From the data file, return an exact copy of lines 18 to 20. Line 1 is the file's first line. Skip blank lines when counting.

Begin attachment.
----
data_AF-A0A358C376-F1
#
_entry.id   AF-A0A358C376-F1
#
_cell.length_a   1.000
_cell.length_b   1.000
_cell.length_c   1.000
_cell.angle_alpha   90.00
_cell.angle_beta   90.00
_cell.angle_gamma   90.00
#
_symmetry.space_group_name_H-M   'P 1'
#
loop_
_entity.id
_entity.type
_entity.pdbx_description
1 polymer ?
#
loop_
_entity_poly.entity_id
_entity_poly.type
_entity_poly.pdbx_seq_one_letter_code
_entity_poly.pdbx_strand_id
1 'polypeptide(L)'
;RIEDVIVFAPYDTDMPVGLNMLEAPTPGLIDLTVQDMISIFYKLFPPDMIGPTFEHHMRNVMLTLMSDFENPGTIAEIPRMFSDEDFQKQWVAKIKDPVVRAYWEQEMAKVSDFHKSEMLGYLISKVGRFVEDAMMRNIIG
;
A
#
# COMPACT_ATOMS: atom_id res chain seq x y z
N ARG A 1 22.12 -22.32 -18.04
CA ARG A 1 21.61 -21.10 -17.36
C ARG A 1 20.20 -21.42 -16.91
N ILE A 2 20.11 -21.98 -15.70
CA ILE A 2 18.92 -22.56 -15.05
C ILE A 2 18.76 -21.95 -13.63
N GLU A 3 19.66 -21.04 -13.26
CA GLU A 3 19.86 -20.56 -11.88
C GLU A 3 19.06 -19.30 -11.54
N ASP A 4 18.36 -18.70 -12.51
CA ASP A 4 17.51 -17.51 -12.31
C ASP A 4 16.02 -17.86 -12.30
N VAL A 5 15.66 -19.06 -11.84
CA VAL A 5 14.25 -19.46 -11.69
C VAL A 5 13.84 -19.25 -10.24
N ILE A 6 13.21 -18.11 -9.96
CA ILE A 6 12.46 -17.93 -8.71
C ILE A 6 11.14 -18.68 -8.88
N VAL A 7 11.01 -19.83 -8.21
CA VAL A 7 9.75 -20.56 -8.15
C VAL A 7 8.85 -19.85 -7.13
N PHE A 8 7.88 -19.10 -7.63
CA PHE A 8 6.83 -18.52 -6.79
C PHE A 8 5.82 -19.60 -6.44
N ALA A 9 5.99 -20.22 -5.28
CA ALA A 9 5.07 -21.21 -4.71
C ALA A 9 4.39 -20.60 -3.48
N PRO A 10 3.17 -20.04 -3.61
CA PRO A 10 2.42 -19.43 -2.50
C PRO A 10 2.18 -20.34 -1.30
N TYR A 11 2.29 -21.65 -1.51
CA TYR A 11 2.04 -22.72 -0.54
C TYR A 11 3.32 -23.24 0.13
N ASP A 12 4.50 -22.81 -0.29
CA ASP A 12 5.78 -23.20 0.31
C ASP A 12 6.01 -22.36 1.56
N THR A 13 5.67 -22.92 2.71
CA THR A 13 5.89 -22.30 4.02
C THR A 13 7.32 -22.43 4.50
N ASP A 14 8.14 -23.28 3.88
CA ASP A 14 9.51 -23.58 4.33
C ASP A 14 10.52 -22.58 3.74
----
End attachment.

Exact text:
1 polymer ?
#
loop_